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Things you just don't get - Page 675

post #10111 of 14485
The Svedka vodka "sexy" robot lady.



Huh?
post #10112 of 14485
Quote:
Originally Posted by patrickBOOTH View Post

Lather is essential for natural soaps ability to wash dirt away, but chemical detergents don't really need lather, it is in there because people have associated lather with being clean. Look at solvents, like acetone, mineral spirits and so on. They are great cleaners, but it has nothing to do with lather. Certain soaps lather better than other because of the type of oils used. Coconut oil is a popular oil to turn into soap specifically because it creates a rich lather. Has something to do with the fatty acids present in the oil during the soap making process.

I'm going to try the Dr. B's tea tree when my hemp almond runs out. Didn't you say that you use it as shampoo with some kind of rinsing agent? is that on the website?
post #10113 of 14485
Quote:
Originally Posted by Douglas View Post

The Svedka vodka "sexy" robot lady.



Huh?

It goes with the 2033 tag. I think its one of the better campaigns out there.
post #10114 of 14485
I use it as a shampoo, yes. I follow with their citrus rinse conditioner. Natural soaps have a high ph, which causes your hair cuticle to open up and feel tangly and waxy. The conditioner is mostly lemon juice with a very low ph to close and smooth the hair's cuticle.
post #10115 of 14485
I should also mention to you girls on here that you shouldn't use natural soaps on your color rested hair. Since the high ph opens the hair's follicles it causes the color to fade.
post #10116 of 14485
Quote:
Originally Posted by GreenFrog View Post

"...captured best practices, major gaps, and new product/service opportunities, and their capability requirements, for CLIENT"

my resume used to be full of terrible and unquantifiable junk bullets like this.
post #10117 of 14485
Thanks for the suggestions gents.

It def. is bullshit business speak but not much I can do about it. I'm trying to tailor my resume with key words from each job application.

Unfortunately cannot quantify most of my project work because the vast majority of our work never gets implemented.
post #10118 of 14485
the problem is, somebody would look at your resume and go "ok, i don't know jack shit about what this kid does". And just because work wasn't implemented doesn't matter, it still counts as something like "advised client through $20MM in product expantion options through new geographical markets" or some shit like that.
post #10119 of 14485
You're in a tough spot, GF. As a guy that's read thousands of resumes I just tune out general current buzzwords and industry specific buzzwords when I read resumes. I always look to see if an outcome is linked to the sentence, and if not, mentally file it as filler.

One page resumes, IMO, are the way to do things. For guys just starting out you don't need to fill much space and for guys with experience it forces you to not ramble and hit the highlights.
post #10120 of 14485
My resume is one page.

Even if I don't have quantifiable (I do, for some projects; just not for the one in question) achievements, don't employers simply look for the experience of having conducted such analyses at my level?

Also, I'm definitely erring on the side of using more buzzwords than not. I find that a lot of recruiters and HR people look for shit like that.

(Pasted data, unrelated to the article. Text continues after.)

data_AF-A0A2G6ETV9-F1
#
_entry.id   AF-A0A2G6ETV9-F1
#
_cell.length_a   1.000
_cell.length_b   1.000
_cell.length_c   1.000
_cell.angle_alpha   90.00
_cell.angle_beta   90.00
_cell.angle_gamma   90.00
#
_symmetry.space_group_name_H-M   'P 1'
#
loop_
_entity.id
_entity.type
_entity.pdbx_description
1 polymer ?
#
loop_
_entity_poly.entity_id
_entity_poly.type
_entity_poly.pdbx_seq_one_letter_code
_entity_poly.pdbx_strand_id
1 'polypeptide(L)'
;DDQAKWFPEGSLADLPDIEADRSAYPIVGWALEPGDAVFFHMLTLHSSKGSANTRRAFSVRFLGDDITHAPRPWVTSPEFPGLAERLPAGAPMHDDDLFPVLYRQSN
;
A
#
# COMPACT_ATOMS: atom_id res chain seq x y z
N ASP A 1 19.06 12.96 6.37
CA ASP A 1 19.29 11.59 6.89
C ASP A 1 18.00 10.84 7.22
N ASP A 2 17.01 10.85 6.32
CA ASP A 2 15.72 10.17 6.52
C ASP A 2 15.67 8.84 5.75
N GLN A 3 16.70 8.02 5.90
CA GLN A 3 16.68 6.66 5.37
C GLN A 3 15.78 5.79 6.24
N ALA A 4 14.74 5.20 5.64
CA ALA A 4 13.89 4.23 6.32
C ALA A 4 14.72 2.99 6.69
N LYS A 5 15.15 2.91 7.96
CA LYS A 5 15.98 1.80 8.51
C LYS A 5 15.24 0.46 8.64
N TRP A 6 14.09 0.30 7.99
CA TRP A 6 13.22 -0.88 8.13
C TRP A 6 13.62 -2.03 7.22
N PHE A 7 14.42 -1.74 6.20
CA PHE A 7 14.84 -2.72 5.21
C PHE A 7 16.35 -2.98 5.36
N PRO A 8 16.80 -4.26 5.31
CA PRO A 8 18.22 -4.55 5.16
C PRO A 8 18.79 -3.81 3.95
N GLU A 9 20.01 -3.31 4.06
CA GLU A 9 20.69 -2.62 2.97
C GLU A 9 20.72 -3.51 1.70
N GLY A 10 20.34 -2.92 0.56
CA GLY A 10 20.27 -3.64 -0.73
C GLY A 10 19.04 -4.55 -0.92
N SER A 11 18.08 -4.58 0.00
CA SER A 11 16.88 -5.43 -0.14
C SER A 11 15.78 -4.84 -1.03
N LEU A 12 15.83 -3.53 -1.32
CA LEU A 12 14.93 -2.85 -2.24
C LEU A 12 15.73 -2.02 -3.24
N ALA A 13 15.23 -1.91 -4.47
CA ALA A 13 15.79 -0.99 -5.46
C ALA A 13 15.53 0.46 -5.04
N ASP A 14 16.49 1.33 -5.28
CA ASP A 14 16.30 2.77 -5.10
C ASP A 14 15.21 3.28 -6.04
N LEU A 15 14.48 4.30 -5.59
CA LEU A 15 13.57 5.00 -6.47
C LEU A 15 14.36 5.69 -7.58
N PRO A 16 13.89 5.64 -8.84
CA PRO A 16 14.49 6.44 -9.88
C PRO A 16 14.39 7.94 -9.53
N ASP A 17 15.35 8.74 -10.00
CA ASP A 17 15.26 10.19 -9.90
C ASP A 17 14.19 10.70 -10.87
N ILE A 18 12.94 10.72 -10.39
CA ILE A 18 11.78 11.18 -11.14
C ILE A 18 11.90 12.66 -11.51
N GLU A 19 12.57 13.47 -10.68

post #10121 of 14485
Quote:
Originally Posted by GreenFrog View Post

My resume is one page.

Even if I don't have quantifiable (I do, for some projects; just not for the one in question) achievements, don't employers simply look for the experience of having conducted such analyses at my level?

Also, I'm definitely erring on the side of using more buzzwords than not. I find that a lot of recruiters and HR people look for shit like that.

I don't hire analysts so don't look to me for industry specific items. I would say don't stop at saying you conducted the analysis stop at saying something about the deliverable whether it was implemented or not. I also tend to hate head hunters, from a hiring perspective, so am automatically leery of any candidate they put forth. Head hunters get paid to make a placement, and particularly at lower levels, they really don't care if it's a good fit or not as they get their fee either way.
post #10122 of 14485
I hire a ton of analysts and I agree with Piob's POV in general terms. I also agree that while buzzwords may catch a recruiter's eye, they tend to annoy the actual hiring leaders, at least IME.

The lack of quantifiable, implemented results is a drawback, but tbh, kind of expected if you're coming from consulting. That's why the next step for consultants is either b school or going to work for a client that already knows and likes you
post #10123 of 14485
gome brings up a good point, though. While many of the recommendations haven't been implemented, I can still quantify the opportunities we presented to them, so I'm going back to my old projects and quantifying bullets wherever possible.

One of the recommendations we made for one project was only for $1.2M, but another one for another project was for $62M; just added both bullets. nod[1].gif
post #10124 of 14485
I bet both of those recommendations came from someone internal whose bosses chose to retain consultants rather than listen to him or her tongue.gif
post #10125 of 14485
My resume is awful. It is filled with bullshit. I don't know how to put what I do into quick and easy words and such. Plus, what I do is a lot more interesting verbally talking about it than it seems on a resume.
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